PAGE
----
UPDATE: The ACLU of Maryland is proud to announce that Mrs. Brewer will get to see her great grandson and grandson for the holidays. State's Attorney Angela Alsobrooks has filed a motion to temporarily suspend the order that kept Mrs. Brewer from coming home to see her. Ms.Up church will be reunited with her family members too.
Check back for updates after the holidays. The orders need to be overturned once and for all.
ACLU of Maryland called on Prince George's County State's Attorney to undo the damage done to two families earlier when prosecutors wrongfully forced two women to sign "nuisance abatement" orders banishing their family members from their own homes and the neighborhood in which they had grown up.
The ACLU urged the prosecutor to dissolve the orders and call off longstanding harassment by police claiming to enforce the orders so the families can be reunited without fear that they will be arrested or that they could lose the homes they own.
Maryland's nuisance abatement statute was intended to help communities work with law enforcement to reclaim properties that are used solely or primarily for drug activity. But, in this case, prosecutors, in conjunction with police, went far beyond their authority, needlessly tearing apart two different families by coercing homeowners into submitting to orders that would never have stood up in court - one, on the basis of less than two grams of marijuana, and the other on the basis of a used pipe - the only drug paraphernalia that police turned up after aggressive raids of the two homes.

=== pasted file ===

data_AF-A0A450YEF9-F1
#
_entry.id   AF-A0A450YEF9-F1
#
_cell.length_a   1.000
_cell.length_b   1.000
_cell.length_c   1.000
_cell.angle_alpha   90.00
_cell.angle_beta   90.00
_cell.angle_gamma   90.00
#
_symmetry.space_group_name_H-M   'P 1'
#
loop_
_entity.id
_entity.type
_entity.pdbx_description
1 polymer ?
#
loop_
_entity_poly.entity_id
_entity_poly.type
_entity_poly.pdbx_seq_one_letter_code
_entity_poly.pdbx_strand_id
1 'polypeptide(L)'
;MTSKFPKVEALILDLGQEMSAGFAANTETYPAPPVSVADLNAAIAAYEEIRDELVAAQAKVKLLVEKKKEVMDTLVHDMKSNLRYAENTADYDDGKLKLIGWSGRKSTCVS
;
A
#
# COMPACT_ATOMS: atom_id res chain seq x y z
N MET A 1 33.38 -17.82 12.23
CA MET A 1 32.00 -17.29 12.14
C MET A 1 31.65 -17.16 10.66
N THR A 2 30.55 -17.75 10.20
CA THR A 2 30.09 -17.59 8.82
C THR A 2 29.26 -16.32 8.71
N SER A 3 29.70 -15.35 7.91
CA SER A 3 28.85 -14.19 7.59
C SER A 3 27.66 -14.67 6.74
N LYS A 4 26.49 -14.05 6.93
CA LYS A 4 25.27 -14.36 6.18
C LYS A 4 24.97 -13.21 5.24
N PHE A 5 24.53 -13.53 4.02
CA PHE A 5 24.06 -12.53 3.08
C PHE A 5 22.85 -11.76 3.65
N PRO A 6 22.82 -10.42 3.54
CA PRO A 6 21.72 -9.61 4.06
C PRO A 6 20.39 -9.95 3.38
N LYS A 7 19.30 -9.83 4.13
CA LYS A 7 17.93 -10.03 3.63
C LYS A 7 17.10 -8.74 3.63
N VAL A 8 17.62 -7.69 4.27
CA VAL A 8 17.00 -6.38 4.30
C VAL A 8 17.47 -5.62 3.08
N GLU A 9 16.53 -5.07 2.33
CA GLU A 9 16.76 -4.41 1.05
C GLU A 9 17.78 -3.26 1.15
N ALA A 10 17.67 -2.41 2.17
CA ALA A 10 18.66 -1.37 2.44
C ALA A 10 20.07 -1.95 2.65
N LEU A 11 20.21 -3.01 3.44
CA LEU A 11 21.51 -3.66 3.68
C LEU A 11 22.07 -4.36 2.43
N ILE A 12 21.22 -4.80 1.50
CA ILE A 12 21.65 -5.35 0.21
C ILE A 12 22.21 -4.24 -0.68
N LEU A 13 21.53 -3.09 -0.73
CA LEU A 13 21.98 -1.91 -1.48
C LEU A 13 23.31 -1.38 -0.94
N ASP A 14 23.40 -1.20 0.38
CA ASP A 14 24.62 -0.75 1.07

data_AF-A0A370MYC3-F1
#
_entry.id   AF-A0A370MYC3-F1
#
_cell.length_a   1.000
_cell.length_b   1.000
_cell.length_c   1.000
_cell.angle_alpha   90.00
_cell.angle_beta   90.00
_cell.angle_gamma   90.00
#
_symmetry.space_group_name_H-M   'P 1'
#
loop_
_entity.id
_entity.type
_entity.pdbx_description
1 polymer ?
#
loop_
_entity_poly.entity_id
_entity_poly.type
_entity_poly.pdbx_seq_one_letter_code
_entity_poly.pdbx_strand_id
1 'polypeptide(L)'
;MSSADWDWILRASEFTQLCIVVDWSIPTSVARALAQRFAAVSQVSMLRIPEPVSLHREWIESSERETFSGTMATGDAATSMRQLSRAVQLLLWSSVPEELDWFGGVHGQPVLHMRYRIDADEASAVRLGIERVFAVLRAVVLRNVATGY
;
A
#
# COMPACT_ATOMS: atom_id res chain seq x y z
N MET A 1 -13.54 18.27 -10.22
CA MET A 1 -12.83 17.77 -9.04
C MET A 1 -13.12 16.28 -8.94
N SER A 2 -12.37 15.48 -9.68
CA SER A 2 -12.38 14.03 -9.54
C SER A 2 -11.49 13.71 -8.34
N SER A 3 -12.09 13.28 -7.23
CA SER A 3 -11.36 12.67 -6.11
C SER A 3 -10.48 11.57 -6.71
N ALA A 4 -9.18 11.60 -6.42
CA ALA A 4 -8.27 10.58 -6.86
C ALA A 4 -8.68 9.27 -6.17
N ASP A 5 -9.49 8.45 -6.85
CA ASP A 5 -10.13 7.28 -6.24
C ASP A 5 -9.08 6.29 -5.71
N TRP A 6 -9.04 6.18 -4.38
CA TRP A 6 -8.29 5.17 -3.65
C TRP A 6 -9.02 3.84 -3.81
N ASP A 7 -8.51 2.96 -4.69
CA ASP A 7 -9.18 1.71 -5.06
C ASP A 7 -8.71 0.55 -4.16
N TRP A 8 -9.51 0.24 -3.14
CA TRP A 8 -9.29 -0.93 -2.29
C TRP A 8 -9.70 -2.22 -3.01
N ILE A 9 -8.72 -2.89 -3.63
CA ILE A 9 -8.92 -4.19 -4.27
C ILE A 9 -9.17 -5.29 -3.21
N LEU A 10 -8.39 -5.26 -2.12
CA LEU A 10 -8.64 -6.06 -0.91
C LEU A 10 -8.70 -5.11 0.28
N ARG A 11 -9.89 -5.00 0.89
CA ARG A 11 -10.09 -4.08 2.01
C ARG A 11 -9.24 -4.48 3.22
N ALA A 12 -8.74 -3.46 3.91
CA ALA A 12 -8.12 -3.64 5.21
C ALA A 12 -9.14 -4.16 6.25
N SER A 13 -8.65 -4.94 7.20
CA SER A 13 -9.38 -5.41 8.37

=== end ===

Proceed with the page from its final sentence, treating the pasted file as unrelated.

Using the statute and the full authority of their police powers, prosecutors, working with the Hyattsville and the Prince George's County Police Departments, took the two unrepresented women and their families behind closed doors and threatened the women that they would lose their homes if they didn't ban their family members from the homes and the whole neighborhood - even for visits. In one case this caused an ill, elderly woman to lose the help and support of her caregiver grandson and great-grandson, and in the other case it not only has kept family members from seeing and supporting each other, but has also actually caused a family member to lose his job and incur significant debt as a result of contracts he is unable to fulfill.
Cleo Brewer, who is in her 80s and very ill with cancer, not only was separated from her grandson and great-grandson, both of whom she raised from childhood, but also lost their help as daily caregivers who helped lift her up and down the stairs, fed her, went shopping for her, and took her to doctor appointments.
Across the street, Dollie Upchurch's brother had been overseeing significant renovations to her home, where he had grown up, and had decades-long landscaping contracts with neighbors in the area. The order banishing him from their home rendered him homeless. He lost his job and could not fulfill his longstanding contracts, resulting in significant debt. In fact, prosecutors refused his request for an exception that would allow him to take care of these contracts rather than incur additional debts.
Both women have experienced a longstanding pattern of harassment that has cut them off from their families, friends and neighbors.